“A most poignant message was from a guy in Syria,” Finkelstein says, “via his cousin, who was in Paris and had internet access. And he wrote, essentially, ‘I’m in a war zone. Some members of my family have died. I don’t know what’s going to happen next, and I’m spinning around the shortwave radio to find out where I can take the rest of my family to be safe before the next bombing round, and then I ran into this! There was all of this religious propaganda, and then, suddenly, this live blues program. For 10 minutes, you removed me from the hell I’m living in.’”
“So while I can’t take people out of a war zone or take away their misery, I know blues really connects with people. We stay away from any political commentary, and have a lot of listeners in Cuba. When we started with WMRI, the station was broadcasting some programming by Cuban exiles that was not particularly complimentary to the current regime. So the Cuban government was jamming the signals during that programming, but we found that they didn’t bother to do that while our show was on. I like to think that’s because we weren’t viewed as a threat, but rather as having something beneficial to offer.”
A fan of all forms of music, including intricate jazz, Finkelstein purposely chose the blues genre for broadcast because of its relative simplicity, feel, and universal roots music appeal.
“The thing that grabbed me about the blues was when I first saw B.B. King perform,” he says. “It was 1971 or 1972. And it was the complete package; a big production. I’d grown up appreciating the British rock and roll that had come out of the blues, John Mayall, the Rolling Stones, and Eric Clapton, who introduced white American audiences to this very black American art form. I saw Stevie Ray Vaughan in somewhat the same light, introducing rock guitar fans to blues music. But seeing B.B. made everything come together. He had a horn section, which helped me understand the appeal of Big Band jazz music.”
“I listen to all styles, including lots of world music and particularly jazz. And we didn’t know what the response would be to these broadcasts to parts of the world that don’t have our history with Western culture and have different, micro-tonal scales compared to our music,” Finkelstein said. “But blues has an instrumental simplicity that can make it participatory, and understood by people from many different backgrounds. And lyrically, it deals a lot with things that affect people on a daily basis. It’s not otherworldly. It’s understandable and relatable.”
It’s the relationships, whether between he and his interview subjects, or himself and people on a different continent that he’s touched through radio yet will never meet, that Finkelstein hints might eventually be the basis for a BRI-based book.
“We interviewed [Allman Brothers Band co-founding drummer] Butch Trucks not long before he died,” he says, “and Johnny Winter on his tour bus maybe a year before he died. Guitarist Matt Schofield has demonstrated the unique styles of blues greats, and keyboardist Jon Cleary the aspects of blues that makes the music special. We’ve had some great interviews, and some great connections not necessarily related to music. Walter Trout talked about an amazing encounter with Carlos Santana that changed his life.
“Walter was playing guitar with John Mayall’s band, and a multiple substance abuser at the time, and he told me about a gig they were playing in what was then East Germany. Santana was on after them, and when Walter and the band got off the stage, with everyone telling them how great they were, Carlos accosted him. He said, in effect, ‘I see what you’re doing up there. I see that you’re wasted, and sticking your middle finger up at the Creator who gave you this talent. And if you have the guts to straighten this out, I can help you do that.’”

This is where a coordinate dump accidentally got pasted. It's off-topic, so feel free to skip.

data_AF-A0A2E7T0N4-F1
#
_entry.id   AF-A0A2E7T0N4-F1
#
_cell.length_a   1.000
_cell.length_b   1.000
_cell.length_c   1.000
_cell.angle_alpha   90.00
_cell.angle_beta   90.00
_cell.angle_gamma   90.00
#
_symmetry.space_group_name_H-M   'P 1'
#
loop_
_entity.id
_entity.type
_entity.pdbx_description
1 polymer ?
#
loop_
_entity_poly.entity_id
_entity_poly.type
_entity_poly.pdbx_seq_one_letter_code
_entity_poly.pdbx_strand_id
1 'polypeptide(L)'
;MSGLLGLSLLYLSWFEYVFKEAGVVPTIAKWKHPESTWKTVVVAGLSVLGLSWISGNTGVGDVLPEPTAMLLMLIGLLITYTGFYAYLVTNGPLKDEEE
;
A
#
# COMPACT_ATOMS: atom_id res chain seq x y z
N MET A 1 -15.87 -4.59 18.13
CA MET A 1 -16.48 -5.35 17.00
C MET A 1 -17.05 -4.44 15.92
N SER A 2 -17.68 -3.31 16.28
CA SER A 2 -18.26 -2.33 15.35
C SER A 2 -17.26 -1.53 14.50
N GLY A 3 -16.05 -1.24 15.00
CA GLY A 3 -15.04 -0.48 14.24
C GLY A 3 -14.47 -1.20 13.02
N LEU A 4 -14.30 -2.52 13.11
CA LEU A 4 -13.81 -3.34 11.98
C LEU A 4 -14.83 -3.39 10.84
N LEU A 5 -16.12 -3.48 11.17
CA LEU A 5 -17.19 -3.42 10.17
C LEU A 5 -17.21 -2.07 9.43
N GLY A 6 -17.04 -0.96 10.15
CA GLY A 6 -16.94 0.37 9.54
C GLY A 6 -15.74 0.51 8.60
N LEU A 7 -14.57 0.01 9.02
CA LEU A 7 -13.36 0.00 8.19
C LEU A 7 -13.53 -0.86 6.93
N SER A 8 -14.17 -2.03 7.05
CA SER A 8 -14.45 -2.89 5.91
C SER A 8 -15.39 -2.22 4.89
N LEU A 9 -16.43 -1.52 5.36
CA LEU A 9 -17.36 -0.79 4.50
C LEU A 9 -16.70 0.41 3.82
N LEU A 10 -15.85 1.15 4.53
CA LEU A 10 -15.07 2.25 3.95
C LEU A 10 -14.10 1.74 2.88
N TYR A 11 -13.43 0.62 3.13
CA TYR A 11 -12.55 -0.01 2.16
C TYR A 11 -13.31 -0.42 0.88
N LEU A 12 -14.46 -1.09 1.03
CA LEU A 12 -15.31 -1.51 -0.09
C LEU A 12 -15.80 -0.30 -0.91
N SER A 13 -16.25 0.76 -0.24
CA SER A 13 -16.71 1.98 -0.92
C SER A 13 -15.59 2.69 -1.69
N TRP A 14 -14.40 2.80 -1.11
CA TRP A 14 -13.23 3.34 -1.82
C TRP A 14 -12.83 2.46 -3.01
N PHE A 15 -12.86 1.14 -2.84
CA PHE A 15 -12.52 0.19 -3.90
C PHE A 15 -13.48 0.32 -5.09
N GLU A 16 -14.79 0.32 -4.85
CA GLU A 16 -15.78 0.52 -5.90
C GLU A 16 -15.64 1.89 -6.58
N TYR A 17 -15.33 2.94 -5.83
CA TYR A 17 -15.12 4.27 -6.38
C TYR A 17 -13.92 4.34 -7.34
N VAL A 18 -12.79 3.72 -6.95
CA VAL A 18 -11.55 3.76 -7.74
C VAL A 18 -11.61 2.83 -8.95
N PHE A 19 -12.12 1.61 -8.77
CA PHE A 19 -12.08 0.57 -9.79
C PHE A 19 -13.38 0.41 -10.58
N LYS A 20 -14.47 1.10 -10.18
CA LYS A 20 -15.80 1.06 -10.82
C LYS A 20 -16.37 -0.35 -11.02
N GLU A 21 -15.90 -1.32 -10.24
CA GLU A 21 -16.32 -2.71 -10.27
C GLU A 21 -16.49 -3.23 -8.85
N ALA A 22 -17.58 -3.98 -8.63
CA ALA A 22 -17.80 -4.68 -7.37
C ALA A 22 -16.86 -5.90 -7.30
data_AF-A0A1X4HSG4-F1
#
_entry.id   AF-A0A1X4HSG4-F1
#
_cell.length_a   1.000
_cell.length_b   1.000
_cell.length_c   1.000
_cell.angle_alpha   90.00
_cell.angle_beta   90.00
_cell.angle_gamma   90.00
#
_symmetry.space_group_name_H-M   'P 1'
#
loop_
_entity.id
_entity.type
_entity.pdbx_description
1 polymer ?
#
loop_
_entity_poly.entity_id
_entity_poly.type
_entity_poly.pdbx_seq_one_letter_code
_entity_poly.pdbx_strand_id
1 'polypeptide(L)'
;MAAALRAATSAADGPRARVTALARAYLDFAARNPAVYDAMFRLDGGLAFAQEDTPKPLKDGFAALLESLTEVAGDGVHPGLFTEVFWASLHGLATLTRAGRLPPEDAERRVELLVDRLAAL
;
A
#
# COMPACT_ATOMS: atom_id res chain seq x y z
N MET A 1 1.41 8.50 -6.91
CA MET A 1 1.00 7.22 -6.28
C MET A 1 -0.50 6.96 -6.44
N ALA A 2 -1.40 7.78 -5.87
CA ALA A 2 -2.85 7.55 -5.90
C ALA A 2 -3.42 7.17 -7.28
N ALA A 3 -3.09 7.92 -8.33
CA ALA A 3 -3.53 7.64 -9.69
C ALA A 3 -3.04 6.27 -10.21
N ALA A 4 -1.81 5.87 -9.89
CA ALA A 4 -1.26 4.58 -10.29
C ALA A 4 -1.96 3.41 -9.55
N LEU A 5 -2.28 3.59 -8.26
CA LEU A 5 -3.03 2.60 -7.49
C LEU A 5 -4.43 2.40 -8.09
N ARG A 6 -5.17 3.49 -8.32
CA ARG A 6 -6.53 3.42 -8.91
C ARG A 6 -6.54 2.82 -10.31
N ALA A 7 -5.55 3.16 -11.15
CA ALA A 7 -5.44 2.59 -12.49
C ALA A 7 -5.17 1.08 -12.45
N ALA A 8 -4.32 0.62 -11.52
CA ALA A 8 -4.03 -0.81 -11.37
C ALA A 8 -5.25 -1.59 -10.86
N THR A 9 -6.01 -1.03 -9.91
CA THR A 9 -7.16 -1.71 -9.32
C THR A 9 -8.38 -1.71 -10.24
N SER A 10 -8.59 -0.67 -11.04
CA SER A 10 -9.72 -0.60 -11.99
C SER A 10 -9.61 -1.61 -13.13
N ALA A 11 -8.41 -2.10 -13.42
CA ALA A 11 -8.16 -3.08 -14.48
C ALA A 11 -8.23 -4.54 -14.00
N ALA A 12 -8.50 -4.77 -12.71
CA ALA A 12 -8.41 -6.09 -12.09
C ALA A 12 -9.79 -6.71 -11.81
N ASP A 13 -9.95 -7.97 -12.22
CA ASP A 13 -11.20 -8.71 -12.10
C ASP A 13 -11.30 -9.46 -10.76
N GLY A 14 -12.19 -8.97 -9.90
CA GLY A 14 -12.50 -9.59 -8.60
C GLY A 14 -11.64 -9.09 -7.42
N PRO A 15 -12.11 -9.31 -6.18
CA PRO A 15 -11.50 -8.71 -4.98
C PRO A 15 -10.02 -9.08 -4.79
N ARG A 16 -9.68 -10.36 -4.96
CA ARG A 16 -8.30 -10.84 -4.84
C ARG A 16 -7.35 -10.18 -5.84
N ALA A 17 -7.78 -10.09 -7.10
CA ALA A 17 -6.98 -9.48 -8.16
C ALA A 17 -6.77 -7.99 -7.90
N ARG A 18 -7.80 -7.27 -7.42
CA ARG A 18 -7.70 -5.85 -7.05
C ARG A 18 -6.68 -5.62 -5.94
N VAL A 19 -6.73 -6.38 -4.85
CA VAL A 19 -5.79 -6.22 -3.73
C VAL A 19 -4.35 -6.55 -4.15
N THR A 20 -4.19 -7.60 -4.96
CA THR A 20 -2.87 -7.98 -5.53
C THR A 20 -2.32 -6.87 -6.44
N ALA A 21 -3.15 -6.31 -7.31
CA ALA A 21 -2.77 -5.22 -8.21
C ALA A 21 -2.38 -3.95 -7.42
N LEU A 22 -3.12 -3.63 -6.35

“That hit Walter like a ton of bricks. He and Carlos talked it out over the next 48 hours, and that was it. No more drinking, no more drugs, and no rehab or detox for Walter, who now has a wife, three sons, intact relationships and a successful life. Which might very well have been in jeopardy otherwise. It’s amazing to hear about someone saving someone else’s life. And Walter had a similar conversation later with [fellow guitarist/vocalist] Mike Zito, who cleaned up, turned his life around, and now counsels death row inmates. It’s very powerful to have someone open up to you like that. These are some of the stories we have.”
When Finkelstein refers to “we” instead of “I” or “me,” it rings genuine. He’s not a performer, admitting only a cursory knowledge of musicianship despite the dozens of vintage guitars he’s collected, with many on display throughout the condo. Only a small volunteer staff helps with the multiple levels of presenting weekly BRI broadcasts. And that staff seems to share his selflessness.
“Jesse’s not just in South Florida with BRI, either,” says Debbie Mitzman, a staff member of 18 months. “He goes to festivals all over the world, and wherever we’re traveling, we’re filming. Jesse is shy by nature, so he won’t toot his own horn, but he knows how to always make the artists who are interviewed, and/or perform, feel like family. And the listeners. It’s all worth it if we can touch even just one person, whether it’s in Alabama or Algeria.”
More than five years into his mission, Finkelstein has succeeded in delivering the blues around the world, largely to multitudes who essentially have the blues yet hear in the music reasons for optimism. He sees it as the sound of overcoming hardship, and envisions only a brighter future for the station and its listeners.
“In another five years, I’m hoping we’ll have expanded further than that of a largely First World phenomenon,” Finkelstein says. “We hope to reach more people, as many as possible, with something positive they can put into their lives. And we can’t wait to see what’s next.”
Hear Blues Radio International’s live performances and interviews every Sunday at 9 p.m., Monday at 9 p.m., and Thursday at 9:30 p.m. on 9955 kHz shortwave or on a simultaneous stream at www.wrmi.net. New BRI TV episodes air once or twice weekly, and both audio and video archives are available through the BRI website.
Editor’s note: An earlier version of this story gave the incorrect time for BRI’s Monday schedule.